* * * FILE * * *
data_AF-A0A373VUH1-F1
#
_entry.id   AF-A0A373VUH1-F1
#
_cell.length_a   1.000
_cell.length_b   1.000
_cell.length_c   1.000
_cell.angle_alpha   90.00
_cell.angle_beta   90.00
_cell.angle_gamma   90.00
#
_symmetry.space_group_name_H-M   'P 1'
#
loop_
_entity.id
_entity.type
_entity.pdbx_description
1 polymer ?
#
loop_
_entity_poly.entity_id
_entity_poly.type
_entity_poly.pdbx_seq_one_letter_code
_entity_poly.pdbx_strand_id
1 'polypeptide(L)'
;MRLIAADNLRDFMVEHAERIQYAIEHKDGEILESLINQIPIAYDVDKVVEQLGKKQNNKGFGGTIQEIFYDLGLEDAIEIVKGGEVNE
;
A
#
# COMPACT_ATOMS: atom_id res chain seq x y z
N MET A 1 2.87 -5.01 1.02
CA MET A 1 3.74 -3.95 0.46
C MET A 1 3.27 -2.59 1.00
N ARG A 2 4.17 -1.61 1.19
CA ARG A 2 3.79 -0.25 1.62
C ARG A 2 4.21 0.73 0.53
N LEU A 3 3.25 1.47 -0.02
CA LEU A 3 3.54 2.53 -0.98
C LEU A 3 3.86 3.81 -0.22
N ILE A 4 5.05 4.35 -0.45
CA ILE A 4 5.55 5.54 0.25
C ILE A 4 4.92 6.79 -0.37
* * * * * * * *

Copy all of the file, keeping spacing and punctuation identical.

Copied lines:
data_AF-A0A373VUH1-F1
#
_entry.id   AF-A0A373VUH1-F1
#
_cell.length_a   1.000
_cell.length_b   1.000
_cell.length_c   1.000
_cell.angle_alpha   90.00
_cell.angle_beta   90.00
_cell.angle_gamma   90.00
#
_symmetry.space_group_name_H-M   'P 1'
#
loop_
_entity.id
_entity.type
_entity.pdbx_description
1 polymer ?
#
loop_
_entity_poly.entity_id
_entity_poly.type
_entity_poly.pdbx_seq_one_letter_code
_entity_poly.pdbx_strand_id
1 'polypeptide(L)'
;MRLIAADNLRDFMVEHAERIQYAIEHKDGEILESLINQIPIAYDVDKVVEQLGKKQNNKGFGGTIQEIFYDLGLEDAIEIVKGGEVNE
;
A
#
# COMPACT_ATOMS: atom_id res chain seq x y z
N MET A 1 2.87 -5.01 1.02
CA MET A 1 3.74 -3.95 0.46
C MET A 1 3.27 -2.59 1.00
N ARG A 2 4.17 -1.61 1.19
CA ARG A 2 3.79 -0.25 1.62
C ARG A 2 4.21 0.73 0.53
N LEU A 3 3.25 1.47 -0.02
CA LEU A 3 3.54 2.53 -0.98
C LEU A 3 3.86 3.81 -0.22
N ILE A 4 5.05 4.35 -0.45
CA ILE A 4 5.55 5.54 0.25
C ILE A 4 4.92 6.79 -0.37